In the middle of 2013 Microwave Week is Wireless Industry Day, a full-day seminar co-located with the IMS. Scheduled for Wednesday, June 5, and sponsored by MTT-S chapter MTT-19 and the IEEE Seattle Section, this special event showcases wireless technologies in the Pacific Northwest. This full day of technical sessions actually combines presentations of general interest with talks that address emerging market opportunities for wireless technology in aerospace and medical areas.

To open, Professor Yahya Rahmat-Samii, IEEE Fellow at the University of California at Los Angeles (UCLA), will offer “Maxwell’s Equations to Modern Electromagnetics and Antenna Engineering Marvels.” The talk will review the key and growing roles that wireless communications services play in many different areas, including in personal communications, medical applications, and even deep space communications. Recent advances supporting improvements in wireless communications—including metamaterials and the development of wearable, implantable, and ingestible wireless devices for medical applications—will also be reviewed.

Dr. Julio Navarro, Senior Technical Fellow of The Boeing Co. (Seattle, WA), will be one of the local presenters at Wireless Industry Day, offering his presentation, “Key Technology Trends in Wireless for the Aerospace Industry.” This talk will center on the aerospace industry and how it is a prime business factor for many companies in the Northwest. This balanced presentation will explore not only the many options available in terms of technology for wireless device, circuit, and system designers working for aerospace customers, but some of the financial (bottom-line) implications in choosing one technology over another, for example, for designing a broadband receiver.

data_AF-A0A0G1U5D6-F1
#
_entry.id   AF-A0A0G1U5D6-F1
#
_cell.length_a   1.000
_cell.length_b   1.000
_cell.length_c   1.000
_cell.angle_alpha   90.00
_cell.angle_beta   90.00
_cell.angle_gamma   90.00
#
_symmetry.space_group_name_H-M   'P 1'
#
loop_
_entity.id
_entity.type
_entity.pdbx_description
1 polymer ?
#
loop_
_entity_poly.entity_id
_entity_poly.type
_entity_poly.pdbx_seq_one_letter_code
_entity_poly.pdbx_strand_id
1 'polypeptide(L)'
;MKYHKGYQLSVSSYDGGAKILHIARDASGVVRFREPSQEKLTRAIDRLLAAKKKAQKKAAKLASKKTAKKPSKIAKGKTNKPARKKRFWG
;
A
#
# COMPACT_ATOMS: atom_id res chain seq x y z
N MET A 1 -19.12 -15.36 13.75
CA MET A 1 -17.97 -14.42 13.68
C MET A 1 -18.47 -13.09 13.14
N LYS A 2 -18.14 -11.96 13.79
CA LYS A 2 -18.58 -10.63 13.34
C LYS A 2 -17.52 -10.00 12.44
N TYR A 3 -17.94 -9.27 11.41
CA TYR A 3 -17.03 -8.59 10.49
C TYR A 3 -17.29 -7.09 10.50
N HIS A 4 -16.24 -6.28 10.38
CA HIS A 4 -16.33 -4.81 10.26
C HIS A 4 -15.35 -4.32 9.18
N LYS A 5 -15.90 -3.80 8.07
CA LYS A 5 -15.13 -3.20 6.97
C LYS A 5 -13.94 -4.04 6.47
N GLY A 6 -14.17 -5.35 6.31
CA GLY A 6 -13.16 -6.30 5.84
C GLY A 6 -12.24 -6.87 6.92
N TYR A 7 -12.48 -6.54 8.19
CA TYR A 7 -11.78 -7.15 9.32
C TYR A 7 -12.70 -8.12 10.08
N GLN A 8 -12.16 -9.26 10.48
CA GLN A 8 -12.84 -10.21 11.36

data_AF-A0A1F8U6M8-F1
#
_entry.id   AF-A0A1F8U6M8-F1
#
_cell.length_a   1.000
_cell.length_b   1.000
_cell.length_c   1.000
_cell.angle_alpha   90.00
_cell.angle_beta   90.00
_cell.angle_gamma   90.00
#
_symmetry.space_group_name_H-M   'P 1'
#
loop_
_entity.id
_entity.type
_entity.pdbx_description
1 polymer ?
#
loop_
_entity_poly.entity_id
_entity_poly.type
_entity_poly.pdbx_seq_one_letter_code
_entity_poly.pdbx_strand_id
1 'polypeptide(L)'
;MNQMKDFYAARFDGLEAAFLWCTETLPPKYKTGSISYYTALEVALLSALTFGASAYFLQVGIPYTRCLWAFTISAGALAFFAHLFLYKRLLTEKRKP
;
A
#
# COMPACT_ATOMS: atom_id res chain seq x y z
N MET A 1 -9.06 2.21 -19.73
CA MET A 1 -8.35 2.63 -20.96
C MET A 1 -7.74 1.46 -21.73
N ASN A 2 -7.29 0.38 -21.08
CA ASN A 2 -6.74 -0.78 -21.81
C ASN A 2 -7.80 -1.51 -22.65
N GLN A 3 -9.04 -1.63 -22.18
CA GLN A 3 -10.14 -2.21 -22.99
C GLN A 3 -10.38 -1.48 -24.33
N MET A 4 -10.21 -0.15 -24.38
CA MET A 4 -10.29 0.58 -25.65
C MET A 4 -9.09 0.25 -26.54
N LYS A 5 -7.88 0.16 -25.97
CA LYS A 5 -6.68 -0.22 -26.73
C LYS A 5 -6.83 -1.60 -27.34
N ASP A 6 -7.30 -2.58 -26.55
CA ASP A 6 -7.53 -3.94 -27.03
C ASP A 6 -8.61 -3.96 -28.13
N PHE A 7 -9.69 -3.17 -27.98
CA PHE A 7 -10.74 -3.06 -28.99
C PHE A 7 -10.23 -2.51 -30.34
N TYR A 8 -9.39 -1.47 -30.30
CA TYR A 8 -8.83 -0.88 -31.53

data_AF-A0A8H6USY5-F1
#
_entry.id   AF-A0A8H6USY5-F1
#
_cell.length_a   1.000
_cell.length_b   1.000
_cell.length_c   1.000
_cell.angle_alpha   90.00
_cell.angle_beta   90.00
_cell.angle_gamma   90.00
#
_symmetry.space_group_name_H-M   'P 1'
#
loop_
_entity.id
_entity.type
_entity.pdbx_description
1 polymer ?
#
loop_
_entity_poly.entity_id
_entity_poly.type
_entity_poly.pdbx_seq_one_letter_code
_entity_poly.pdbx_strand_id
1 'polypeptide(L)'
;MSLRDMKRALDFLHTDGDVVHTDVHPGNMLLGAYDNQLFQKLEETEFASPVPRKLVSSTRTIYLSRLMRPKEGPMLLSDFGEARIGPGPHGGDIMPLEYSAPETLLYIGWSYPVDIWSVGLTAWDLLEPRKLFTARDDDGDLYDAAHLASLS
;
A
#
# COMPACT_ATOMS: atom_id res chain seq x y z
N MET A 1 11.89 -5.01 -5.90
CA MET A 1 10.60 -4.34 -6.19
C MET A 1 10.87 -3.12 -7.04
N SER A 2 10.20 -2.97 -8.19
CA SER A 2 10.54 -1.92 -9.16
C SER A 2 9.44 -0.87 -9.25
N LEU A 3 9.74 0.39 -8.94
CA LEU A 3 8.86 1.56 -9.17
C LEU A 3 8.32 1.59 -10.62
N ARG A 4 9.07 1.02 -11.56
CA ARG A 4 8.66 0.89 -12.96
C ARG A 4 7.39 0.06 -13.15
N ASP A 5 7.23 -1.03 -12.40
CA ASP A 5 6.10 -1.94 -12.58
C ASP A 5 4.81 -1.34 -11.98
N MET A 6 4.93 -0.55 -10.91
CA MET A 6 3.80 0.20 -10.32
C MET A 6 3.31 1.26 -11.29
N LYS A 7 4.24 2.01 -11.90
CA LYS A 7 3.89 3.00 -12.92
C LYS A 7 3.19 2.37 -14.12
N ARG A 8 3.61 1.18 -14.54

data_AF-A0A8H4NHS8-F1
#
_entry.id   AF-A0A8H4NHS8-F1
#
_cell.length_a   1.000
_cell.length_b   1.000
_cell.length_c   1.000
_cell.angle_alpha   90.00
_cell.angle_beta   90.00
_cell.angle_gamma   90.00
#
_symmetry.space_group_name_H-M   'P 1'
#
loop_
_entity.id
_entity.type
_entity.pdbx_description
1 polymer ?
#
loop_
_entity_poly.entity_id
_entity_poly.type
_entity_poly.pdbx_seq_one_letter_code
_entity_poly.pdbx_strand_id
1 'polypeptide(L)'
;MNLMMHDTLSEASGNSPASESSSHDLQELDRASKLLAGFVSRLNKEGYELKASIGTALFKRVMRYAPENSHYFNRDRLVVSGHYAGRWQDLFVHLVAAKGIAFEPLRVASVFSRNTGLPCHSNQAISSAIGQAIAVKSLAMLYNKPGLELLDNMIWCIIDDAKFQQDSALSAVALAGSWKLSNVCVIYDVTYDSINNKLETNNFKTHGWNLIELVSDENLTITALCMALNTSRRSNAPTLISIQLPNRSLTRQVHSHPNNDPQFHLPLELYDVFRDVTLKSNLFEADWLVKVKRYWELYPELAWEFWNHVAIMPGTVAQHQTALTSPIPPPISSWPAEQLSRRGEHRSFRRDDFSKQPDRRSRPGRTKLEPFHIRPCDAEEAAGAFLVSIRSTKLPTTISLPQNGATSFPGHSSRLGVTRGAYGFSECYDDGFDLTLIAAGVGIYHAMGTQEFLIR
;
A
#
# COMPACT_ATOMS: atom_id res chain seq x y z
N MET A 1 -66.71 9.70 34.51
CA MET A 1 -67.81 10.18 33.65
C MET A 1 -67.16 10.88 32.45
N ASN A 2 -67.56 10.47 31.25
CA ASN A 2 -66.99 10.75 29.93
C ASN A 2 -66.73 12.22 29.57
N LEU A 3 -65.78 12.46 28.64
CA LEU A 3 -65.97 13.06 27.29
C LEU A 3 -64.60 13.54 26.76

Another speaker from a nearby company—Bill Saltzstein, President of connectBlue in Redmond, WA—will probe the growing dependence of the medical industry on wireless technology, in his presentation “Bluetooth: The Future of Wireless Medical Technology.” Designers of medical wireless devices anticipate that Version 4.0 of the Bluetooth wireless specification will define the low-power technology needed for many medical applications, where long-running times on battery power are essential.

In addition, major computer companies, such as Microsoft and Apple, have already expressed their support for Bluetooth v4.0, providing a high “confidence factor” for wireless designers working with the new standard. Many feel that the stage is set for new low-power wireless medical applications, and this new standard will help establish lower-cost standard (rather than expensive custom) solutions.

Wireless Industry Day includes some insights from Intel on opportunities for millimeter-wave and terahertz devices and circuits for wireless communications. Dr. Debabani Choudhury, Senior Technologist, and Harry Skinner, Senior Principal Engineer—both from Intel Labs in Hillsboro, OR—offer their presentation, “Prospects and Challenges for GHz to THz Technologies/Architectures for Future Wireless Communications.” The Intel technologists believe that communications using machine-to-machine (M2M) and peer-to-peer (P2P) approaches will require high data rates over short distances, applications which might be filled by millimeter-wave and terahertz device and circuit technologies. Broad bandwidths are available in support of higher data rates at these frequencies, provided that device and circuit technologies can be made affordable.

Additional presentations scheduled for Wireless Industry Day include “Radiated Performance Assessment of Wireless Communications Devices - An Operator’s Perspective” by Scott Prather, Lead Product Development Engineer for AT&T in Redmond, WA, on establishing radiated performance test requirements for emerging wireless applications. Also scheduled is “Evaluating Over-The-Air Performance of MIMO Wireless Devices” by Dr. Michael Foegelle, Director of Technology Development for ETS-Lindgren in Cedar Park, TX, on developing a standardized approach for industry certification of multiple-input, multiple-output (MIMO) wireless devices.